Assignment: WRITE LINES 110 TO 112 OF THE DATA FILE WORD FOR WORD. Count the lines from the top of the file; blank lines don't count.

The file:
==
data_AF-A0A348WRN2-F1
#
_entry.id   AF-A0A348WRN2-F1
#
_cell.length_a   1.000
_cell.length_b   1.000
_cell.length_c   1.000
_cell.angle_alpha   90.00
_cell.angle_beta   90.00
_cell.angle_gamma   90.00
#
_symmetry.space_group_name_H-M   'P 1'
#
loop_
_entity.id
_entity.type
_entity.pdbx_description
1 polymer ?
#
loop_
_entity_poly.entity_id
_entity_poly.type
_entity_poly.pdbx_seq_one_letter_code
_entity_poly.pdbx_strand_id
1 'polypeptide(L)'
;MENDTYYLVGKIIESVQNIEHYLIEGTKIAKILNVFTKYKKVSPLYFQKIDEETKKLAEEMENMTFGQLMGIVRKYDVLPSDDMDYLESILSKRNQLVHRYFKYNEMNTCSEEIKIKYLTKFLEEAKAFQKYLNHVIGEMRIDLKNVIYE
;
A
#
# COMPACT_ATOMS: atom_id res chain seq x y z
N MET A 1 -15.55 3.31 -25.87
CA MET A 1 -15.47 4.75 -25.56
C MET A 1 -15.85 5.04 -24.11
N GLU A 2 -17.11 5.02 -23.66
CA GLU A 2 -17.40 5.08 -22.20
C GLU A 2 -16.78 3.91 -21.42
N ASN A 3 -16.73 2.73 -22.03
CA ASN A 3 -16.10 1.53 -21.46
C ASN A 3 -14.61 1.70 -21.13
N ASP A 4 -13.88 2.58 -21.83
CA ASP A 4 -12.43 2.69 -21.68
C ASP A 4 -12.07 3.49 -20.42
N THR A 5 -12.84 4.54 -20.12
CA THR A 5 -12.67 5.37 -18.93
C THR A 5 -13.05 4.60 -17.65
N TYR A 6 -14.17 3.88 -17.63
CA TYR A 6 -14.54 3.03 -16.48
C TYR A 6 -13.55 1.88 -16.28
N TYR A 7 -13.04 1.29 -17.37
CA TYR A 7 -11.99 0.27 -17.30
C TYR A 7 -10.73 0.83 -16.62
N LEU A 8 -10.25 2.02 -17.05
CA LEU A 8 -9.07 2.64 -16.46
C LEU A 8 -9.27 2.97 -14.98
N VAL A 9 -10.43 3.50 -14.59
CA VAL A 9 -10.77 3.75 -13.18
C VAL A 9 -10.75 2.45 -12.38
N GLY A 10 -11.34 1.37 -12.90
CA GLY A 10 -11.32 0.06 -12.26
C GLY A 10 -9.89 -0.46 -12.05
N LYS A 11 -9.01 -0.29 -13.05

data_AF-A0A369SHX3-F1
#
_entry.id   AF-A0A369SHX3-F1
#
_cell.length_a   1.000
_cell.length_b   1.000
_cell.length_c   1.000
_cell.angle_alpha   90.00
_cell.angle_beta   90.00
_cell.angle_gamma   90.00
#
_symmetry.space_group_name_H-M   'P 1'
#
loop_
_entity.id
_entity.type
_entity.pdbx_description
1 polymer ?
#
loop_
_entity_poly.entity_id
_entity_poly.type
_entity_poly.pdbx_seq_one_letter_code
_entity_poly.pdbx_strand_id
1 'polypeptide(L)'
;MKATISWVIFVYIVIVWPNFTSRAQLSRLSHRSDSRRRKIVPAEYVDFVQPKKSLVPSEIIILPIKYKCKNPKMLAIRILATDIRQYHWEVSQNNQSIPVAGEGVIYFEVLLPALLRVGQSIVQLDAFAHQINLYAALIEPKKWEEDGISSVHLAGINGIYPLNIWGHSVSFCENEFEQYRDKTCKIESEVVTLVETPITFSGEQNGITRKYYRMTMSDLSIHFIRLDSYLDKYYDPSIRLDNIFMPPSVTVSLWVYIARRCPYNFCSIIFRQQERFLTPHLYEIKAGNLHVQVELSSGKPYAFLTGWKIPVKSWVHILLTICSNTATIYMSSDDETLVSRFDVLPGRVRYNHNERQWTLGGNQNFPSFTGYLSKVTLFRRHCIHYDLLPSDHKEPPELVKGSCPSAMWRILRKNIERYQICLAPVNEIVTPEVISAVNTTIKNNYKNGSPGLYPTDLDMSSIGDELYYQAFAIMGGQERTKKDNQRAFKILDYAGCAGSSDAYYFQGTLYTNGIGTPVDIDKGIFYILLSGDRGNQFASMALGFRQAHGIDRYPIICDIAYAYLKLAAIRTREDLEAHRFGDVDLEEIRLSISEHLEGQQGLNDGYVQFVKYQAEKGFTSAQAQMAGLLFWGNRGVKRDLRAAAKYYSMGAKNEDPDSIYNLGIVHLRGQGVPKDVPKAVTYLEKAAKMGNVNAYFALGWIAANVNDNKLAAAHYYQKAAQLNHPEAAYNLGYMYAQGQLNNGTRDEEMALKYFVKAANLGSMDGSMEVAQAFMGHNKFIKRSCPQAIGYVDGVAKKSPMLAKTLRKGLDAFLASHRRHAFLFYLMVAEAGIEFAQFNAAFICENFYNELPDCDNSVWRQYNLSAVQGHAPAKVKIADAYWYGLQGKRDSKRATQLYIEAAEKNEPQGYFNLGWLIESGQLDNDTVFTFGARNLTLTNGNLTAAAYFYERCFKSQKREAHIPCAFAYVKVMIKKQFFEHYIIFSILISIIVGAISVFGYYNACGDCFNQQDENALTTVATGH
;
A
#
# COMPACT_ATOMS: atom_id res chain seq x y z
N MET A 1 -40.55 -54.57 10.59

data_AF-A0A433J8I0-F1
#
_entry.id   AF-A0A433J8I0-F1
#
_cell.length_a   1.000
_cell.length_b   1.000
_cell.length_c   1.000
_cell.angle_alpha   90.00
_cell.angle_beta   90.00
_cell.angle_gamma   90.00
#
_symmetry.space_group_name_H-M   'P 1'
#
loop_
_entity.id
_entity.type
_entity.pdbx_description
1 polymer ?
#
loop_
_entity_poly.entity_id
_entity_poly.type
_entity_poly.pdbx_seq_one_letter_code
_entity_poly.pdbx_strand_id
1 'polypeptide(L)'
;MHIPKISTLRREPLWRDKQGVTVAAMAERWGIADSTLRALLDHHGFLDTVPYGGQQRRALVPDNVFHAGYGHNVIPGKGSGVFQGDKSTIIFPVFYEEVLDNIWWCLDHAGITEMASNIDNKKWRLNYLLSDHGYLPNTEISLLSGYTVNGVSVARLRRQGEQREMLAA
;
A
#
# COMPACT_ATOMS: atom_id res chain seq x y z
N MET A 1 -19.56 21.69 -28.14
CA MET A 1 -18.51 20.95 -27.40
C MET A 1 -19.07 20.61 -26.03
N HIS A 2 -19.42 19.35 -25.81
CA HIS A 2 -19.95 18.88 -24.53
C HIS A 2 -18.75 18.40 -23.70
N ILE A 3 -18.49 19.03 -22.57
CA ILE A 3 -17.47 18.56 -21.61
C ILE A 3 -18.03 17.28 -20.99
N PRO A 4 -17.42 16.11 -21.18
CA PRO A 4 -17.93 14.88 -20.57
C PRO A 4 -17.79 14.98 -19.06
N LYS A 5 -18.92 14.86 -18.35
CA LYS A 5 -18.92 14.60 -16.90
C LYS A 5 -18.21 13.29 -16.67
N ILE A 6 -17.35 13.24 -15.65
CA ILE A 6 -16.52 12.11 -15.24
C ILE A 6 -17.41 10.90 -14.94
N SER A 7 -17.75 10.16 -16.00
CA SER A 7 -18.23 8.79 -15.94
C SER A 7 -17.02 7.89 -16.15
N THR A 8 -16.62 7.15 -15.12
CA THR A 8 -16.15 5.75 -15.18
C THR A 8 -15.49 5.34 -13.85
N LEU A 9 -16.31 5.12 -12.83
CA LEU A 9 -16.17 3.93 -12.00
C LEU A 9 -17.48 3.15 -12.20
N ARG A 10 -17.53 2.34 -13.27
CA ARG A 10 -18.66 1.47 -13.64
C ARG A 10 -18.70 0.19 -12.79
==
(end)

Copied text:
1 polymer ?
#
loop_